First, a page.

AAN Issues Updated Sports Concussion Guideline: Athletes With Suspected Concussion Should Be Removed From Play
MINNEAPOLIS, March 18, 2013 /PRNewswire-USNewswire/ -- With more than one million athletes now experiencing a concussion each year in the United States, the American Academy of Neurology (AAN) has released an evidence-based guideline for evaluating and managing athletes with concussion. This new guideline replaces the 1997 AAN guideline on the same topic. The new guideline is published in the March 18, 2013, online issue of Neurology®, the medical journal of the American Academy of Neurology, was developed through an objective evidence-based review of the literature by a multidisciplinary committee of experts and has been endorsed by a broad range of athletic, medical and patient groups.
"Among the most important recommendations the Academy is making is that any athlete suspected of experiencing a concussion immediately be removed from play," said co-lead guideline author Christopher C. Giza, MD, with the David Geffen School of Medicine and Mattel Children's Hospital at UCLA and a member of the AAN. "We've moved away from the concussion grading systems we first established in 1997 and are now recommending concussion and return to play be assessed in each athlete individually. There is no set timeline for safe return to play."
The updated guideline recommends athletes with suspected concussion be immediately taken out of the game and not returned until assessed by a licensed health care professional trained in concussion, return to play slowly and only after all acute symptoms are gone. Athletes of high school age and younger with a concussion should be managed more conservatively in regard to return to play, as evidence shows that they take longer to recover than college athletes.
The guideline was developed reviewing all available evidence published through June 2012. These practice recommendations are based on an evaluation of the best available research. In recognition that scientific study and clinical care for sports concussions involves multiple specialties, a broad range of expertise was incorporated in the author panel. To develop this document, the authors spent thousands of work hours locating and analyzing scientific studies. The authors excluded studies that did not provide enough evidence to make recommendations, such as reports on individual patients or expert opinion. At least two authors independently analyzed and graded each study.According to the guideline:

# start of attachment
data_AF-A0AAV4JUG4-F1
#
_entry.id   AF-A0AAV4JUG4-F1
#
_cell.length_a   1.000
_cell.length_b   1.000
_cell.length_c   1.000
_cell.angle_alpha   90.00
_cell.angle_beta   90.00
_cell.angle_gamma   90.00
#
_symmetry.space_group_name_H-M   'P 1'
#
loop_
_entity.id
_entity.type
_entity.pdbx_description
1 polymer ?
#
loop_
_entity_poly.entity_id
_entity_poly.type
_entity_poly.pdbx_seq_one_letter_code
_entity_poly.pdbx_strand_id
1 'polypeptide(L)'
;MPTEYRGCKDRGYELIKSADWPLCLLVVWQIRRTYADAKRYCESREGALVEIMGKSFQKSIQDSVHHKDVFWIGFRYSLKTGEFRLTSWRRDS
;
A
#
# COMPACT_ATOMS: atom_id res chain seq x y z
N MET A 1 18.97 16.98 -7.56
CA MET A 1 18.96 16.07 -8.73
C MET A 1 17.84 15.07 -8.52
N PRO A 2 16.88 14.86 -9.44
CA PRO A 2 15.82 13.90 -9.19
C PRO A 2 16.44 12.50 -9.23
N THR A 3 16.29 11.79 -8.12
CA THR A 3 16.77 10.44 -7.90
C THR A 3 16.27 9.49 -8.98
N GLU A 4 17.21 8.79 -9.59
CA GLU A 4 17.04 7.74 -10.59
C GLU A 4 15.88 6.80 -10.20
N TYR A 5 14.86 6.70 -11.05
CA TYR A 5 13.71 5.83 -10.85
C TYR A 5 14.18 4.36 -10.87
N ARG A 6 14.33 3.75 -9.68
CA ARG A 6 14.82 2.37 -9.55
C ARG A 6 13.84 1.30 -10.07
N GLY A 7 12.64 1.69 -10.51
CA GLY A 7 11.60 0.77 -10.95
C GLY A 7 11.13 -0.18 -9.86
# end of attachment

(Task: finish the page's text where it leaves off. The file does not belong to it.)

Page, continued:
- Among the sports in the studies evaluated, risk of concussion is greatest in football and rugby, followed by hockey and soccer. The risk of concussion for young women and girls is greatest in soccer and basketball.
- An athlete who has a history of one or more concussions is at greater risk for being diagnosed with another concussion.
- The first 10 days after a concussion appears to be the period of greatest risk for being diagnosed with another concussion.
- There is no clear evidence that one type of football helmet can better protect against concussion over another kind of helmet. Helmets should fit properly and be well maintained.
- Licensed health professionals trained in treating concussion should look for ongoing symptoms (especially headache and fogginess), history of concussions and younger age in the athlete. Each of these factors has been linked to a longer recovery after a concussion.
- Risk factors linked to chronic neurobehavioral impairment in professional athletes include prior concussion, longer exposure to the sport and having the ApoE4 gene.
- Concussion is a clinical diagnosis. Symptom checklists, the Standardized Assessment of Concussion (SAC), neuropsychological testing (paper-and-pencil and computerized) and the Balance Error Scoring System may be helpful tools in diagnosing and managing concussions but should not be used alone for making a diagnosis.
- Headache and sensitivity to light and sound
- Changes to reaction time, balance and coordination
- Changes in memory, judgment, speech and sleep
- Loss of consciousness or a "blackout" (happens in less than 10 percent of cases)
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